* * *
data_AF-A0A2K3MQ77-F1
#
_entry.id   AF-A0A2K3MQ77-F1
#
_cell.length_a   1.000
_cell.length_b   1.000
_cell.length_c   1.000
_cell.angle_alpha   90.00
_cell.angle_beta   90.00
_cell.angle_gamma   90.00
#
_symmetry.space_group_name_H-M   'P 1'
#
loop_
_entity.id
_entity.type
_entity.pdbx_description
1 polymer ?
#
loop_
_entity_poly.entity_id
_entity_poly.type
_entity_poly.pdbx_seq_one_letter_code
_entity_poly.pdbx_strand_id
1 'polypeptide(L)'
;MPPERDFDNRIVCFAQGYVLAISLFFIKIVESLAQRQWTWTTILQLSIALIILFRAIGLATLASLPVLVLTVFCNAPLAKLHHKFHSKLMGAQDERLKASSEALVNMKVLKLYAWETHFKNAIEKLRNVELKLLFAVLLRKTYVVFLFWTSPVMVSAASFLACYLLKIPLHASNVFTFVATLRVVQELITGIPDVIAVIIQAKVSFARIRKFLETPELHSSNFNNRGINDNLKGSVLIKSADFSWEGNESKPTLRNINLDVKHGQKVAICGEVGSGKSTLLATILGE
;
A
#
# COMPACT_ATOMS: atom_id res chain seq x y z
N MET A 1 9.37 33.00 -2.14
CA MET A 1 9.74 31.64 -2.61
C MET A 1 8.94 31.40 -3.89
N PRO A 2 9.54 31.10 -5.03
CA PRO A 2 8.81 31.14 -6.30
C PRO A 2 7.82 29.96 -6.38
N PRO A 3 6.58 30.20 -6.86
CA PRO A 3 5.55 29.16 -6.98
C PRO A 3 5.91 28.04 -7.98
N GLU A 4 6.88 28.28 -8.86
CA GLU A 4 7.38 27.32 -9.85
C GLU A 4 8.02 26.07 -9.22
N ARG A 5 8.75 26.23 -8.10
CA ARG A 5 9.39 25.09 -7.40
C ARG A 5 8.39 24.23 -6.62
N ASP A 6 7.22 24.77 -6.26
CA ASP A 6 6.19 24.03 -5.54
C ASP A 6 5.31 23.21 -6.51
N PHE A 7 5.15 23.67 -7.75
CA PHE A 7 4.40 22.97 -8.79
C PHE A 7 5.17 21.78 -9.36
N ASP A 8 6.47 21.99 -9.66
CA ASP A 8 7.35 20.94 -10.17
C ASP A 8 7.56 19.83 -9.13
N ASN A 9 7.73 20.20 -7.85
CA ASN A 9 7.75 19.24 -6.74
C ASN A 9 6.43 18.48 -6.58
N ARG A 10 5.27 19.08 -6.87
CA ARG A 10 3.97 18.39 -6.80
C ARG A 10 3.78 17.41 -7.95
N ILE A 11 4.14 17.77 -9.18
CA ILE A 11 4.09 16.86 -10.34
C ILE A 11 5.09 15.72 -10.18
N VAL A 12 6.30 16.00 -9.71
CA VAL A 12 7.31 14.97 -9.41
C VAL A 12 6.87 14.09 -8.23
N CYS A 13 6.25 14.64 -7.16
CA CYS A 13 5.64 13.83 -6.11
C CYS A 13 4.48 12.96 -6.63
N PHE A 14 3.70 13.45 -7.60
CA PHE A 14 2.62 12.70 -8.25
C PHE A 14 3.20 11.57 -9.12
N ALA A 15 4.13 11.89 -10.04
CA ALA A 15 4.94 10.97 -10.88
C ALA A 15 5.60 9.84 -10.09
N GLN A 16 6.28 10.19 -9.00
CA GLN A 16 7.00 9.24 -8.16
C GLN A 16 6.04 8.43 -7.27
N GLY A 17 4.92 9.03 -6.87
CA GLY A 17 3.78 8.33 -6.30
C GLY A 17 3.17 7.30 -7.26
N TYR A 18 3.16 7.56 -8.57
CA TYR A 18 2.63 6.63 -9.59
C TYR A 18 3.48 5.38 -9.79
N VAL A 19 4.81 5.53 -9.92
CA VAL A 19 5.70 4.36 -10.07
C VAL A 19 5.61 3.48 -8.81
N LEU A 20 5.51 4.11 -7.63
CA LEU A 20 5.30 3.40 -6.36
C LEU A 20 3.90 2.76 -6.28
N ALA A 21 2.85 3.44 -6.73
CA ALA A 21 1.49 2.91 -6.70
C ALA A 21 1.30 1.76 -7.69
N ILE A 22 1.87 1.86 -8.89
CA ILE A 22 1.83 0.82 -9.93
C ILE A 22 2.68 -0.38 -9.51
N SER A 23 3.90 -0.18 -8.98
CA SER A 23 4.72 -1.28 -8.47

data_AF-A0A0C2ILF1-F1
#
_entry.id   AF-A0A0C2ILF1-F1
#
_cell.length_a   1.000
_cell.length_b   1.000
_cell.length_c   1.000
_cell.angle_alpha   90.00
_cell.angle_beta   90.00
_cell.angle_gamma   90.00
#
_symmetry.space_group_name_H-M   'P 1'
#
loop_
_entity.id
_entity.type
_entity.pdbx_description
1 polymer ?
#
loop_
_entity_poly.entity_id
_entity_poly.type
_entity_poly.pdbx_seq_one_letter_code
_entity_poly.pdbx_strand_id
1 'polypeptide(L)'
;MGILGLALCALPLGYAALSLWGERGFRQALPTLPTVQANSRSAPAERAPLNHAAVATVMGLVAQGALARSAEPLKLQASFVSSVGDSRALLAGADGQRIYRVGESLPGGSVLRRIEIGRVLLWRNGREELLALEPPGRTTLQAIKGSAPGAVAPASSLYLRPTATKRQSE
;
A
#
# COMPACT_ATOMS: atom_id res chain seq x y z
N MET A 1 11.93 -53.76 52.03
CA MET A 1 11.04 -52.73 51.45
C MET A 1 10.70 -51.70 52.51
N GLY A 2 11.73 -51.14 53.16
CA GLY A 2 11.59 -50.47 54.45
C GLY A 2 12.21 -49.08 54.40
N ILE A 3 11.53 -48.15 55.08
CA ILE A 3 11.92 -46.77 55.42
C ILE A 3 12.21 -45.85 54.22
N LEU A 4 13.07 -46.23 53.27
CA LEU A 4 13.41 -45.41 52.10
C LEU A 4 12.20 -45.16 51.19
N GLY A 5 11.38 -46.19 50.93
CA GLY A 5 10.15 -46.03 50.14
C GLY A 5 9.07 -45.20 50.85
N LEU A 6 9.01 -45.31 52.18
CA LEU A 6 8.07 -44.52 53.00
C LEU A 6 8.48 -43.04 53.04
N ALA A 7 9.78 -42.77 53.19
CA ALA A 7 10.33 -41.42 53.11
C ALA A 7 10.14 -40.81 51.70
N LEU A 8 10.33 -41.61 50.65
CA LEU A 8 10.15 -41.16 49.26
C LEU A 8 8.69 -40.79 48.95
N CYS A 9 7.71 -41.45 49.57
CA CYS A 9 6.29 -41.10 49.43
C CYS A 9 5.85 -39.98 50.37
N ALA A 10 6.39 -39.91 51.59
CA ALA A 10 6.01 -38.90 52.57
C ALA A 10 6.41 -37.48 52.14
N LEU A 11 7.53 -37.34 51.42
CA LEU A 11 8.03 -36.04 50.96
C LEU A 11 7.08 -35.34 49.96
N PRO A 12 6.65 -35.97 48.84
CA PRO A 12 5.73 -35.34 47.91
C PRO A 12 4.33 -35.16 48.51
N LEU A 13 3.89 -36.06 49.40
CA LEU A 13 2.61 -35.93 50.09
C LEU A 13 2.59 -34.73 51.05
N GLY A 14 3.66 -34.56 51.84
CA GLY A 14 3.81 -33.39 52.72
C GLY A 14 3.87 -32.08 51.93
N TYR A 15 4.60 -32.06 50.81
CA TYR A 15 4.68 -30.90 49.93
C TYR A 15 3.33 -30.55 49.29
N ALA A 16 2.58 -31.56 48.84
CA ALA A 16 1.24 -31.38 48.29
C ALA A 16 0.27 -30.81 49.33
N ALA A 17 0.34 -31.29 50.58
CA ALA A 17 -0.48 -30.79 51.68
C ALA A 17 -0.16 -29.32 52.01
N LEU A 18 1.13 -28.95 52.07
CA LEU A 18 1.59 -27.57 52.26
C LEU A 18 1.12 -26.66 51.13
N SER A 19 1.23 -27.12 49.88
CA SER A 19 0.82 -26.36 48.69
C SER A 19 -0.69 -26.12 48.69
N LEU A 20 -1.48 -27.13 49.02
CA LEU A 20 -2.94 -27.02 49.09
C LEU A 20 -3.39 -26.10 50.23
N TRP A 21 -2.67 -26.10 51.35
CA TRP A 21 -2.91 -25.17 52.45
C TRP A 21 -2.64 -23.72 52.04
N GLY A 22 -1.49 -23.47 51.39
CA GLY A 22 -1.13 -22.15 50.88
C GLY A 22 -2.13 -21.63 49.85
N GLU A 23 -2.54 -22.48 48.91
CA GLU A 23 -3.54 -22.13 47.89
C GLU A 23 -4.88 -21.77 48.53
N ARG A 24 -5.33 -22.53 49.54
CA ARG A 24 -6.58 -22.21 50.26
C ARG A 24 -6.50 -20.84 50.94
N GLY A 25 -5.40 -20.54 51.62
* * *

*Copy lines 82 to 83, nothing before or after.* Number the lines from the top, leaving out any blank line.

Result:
N TYR A 18 3.16 7.56 -8.57
CA TYR A 18 2.63 6.63 -9.59